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Chesterton, Cecil (1879-1918)
by Gaipa, Mark


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Cecil Chesterton 1879-1918

Born in Kensington (London) to a middle-class family of bohemian and Unitarian leanings, Chesterton is perhaps best known as the younger brother of Gilbert Keith Chesterton, who is rumored to have said, upon Cecil's birth, “now I shall always have an audience.” Even as a youth, however, Chesterton was intent on conducting arguments and not just receiving them; he would grow up into a man whose talent and contentious spirit earned J. Chesterton Squire's high praise: “there was no better arguer, no abler journalist, in England” (120). Biographers have noted the young Chesterton's fondness for dirt and cockroaches, in addition to argumentation, reading, and—over time—socialist politics and Swinburnian verse. He was educated, in London, at Colet Court, St. Paul's School, and the Slade School of Art; he also studied to be a surveyor (in line with the family business) before he embarked on a career in Fleet-street journalism, contributing articles to a variety of London weeklies and dailies.

Riches did not follow, which may have strengthened Chesterton's standing commitment to socialism. In 1901 Chesterton joined the Fabian Society and the Christian Social Union; in 1904, he was elected to the Fabian Executive Committee. He lost his seat in 1907, probably due to his alienating many of its female members, but also perhaps to his eccentric efforts to wed Fabian Socialism with Christianity and Toryism.

From 1907-1911, Chesterton worked almost exclusively for The New Age and became a regular and important contributor. In the first volume under Orage, Chesterton took turns with Holbrook Jackson and Clifford Sharp in composing “The Outlook,” the unsigned lead-off section of the paper that covered the week's current events and that Orage, in later volumes, would himself compose under the heading “Notes of the Week.” Chesterton's signed contributions to the first nine volumes include numerous articles offering a socialist perspective on various issues and problems: e.g., “Socialism and the Soldier” (01.13:198), “Socialism and the Drink Supply” (04.08:157), and “Liberty and Socialism” (05.11:215). In many of these articles, Chesterton sought to defend socialism against criticisms leveled against it by Belloc and his brother. Chesterton's writing for The New Age also addressed issues of equality, democracy, competition, and ownership. In the second half of Volume 4 (Jan.-Apr. 1909), Chesterton assumed the role of the paper's drama critic, and in later years he authored continuing series on topics like “How the Rich Rule Us” (07.13:295) and “The Decline and Fall of the Labour Party” (09.02:28).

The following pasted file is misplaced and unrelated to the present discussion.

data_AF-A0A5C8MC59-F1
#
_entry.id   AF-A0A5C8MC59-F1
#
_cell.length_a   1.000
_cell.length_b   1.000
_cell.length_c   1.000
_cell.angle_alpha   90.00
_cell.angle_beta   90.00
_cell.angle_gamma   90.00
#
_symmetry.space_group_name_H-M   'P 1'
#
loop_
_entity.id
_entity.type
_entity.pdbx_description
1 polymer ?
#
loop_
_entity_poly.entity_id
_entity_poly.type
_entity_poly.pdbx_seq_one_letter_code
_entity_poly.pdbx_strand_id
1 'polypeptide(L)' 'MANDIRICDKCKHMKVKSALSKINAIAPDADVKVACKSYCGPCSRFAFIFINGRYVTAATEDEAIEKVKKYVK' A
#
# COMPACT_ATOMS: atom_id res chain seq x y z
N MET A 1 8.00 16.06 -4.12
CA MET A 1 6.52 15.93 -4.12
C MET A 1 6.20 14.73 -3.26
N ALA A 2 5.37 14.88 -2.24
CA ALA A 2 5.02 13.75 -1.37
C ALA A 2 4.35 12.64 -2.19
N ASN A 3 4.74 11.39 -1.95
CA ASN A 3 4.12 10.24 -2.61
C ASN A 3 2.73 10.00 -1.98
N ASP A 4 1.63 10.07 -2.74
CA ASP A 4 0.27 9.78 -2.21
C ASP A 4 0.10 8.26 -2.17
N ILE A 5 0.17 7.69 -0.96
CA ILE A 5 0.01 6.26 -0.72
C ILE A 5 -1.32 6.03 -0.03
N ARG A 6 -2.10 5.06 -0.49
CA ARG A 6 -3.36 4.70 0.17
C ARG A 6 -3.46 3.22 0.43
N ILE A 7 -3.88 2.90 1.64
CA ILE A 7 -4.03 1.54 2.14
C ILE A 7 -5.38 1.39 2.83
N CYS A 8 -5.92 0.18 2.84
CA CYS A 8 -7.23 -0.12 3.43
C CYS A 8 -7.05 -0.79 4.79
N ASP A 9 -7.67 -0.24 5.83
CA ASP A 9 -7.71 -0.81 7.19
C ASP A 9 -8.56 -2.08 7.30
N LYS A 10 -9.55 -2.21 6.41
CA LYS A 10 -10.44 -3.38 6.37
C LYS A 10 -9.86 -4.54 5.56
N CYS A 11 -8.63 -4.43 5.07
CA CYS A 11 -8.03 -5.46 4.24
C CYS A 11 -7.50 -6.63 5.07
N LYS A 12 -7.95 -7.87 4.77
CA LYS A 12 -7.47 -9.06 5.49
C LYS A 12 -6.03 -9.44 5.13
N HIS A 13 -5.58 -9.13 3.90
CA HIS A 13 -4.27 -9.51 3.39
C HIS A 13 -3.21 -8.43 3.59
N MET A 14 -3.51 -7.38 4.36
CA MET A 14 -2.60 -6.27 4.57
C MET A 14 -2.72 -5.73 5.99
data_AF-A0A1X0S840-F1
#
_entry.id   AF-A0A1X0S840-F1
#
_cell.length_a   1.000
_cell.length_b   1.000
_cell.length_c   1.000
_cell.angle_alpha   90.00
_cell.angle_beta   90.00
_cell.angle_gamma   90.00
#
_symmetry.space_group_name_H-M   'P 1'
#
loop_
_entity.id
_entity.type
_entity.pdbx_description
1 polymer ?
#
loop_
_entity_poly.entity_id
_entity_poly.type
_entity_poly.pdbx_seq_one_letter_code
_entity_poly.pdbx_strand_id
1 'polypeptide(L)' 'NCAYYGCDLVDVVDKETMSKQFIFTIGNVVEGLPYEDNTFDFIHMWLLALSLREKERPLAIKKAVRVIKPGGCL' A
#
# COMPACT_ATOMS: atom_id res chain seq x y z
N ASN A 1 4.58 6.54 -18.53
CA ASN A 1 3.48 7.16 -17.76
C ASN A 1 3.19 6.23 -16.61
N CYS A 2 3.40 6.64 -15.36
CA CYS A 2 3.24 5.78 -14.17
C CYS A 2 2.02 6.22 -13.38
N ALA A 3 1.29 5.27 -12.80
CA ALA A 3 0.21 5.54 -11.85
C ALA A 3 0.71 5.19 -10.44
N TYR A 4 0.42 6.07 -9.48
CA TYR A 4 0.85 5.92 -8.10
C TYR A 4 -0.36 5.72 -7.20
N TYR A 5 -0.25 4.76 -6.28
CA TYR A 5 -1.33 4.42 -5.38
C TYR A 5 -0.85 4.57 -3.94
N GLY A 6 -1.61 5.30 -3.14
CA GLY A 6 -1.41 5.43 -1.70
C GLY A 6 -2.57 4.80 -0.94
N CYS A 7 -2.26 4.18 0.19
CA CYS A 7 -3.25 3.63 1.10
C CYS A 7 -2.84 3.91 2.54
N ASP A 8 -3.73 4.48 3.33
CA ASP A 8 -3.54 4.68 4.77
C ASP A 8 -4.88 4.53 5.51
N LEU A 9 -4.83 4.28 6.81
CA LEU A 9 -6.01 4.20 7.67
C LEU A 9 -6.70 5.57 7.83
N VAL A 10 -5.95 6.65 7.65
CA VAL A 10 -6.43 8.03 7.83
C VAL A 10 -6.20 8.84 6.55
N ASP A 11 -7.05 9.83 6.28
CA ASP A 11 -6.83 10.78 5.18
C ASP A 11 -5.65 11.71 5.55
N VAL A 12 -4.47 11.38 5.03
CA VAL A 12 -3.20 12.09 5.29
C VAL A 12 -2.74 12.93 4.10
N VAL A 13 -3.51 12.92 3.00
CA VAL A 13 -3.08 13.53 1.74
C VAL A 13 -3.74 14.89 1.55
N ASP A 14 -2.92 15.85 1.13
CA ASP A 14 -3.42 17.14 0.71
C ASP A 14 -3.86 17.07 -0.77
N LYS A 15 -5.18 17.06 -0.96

In 1911, Chesterton left the NA to become assistant editor on Belloc's new weekly, The Eye-Witness. When the Eye-Witness folded in 1912, Chesterton bought the paper and renamed it the New Witness, summoning his friend Ada Jones to become his editorial assistant. The New-Witness, like its predecessor, sought—sometimes recklessly—to expose corruption at all levels of government. Such practices nearly destroyed Chesterton's career when, in the Marconi Trial, he was found guilty of libel (but—in an apparent triumph for clean government—fined only a hundred pounds). With the onset of WW1, the New Witness shifted its attacks to opponents of the war, and Chesterton—along with his brother—produced anti-German propaganda for the government.

As Chesterton aged, he was drawn ever more toward religious orthodoxy—first exchanging, in his early 20's, his Unitarian upbringing with membership in the Church of England, and then, a decade later, undergoing a conversion to Roman Catholicism in 1912. This orthodoxy may have found unfortunate expression in the increasingly bitter and anti-semitic tenor of Chesterton's writing for the New Witness.

In 1916, before Chesterton went off to war, Ada Jones finally consented to marry him, thus concluding their sixteen-year courtship. Chesterton was wounded three times, and in December 1918 his wife managed to be at Chesterton's side when he died of pneumonia in a military hospital in Paris. “He was never happy except when discussing an intellectual problem,” Squire recalls; “I should not be surprised to learn that even during his last illness he expounded theology or politics to the doctors at his bedside” (120).

—Mark Gaipa

Sources

  • Mrs. Cecil Chesterton (Ada Jones). The Chestertons (1941).
  • Dictionary of National Biography.
  • Broccard Sewell. Cecil Chesterton (1975)
  • Solomon Eagle (J. Chesterton Squire). Books in General, Third Series (1921).

Selected Works by Chesterton

  • Gladstonian Ghosts (1905)
  • G. K. Chesterton: A Criticism (1908)
  • The Party System (co-authored with Belloc) (1911)
  • A History of the United States (1919)
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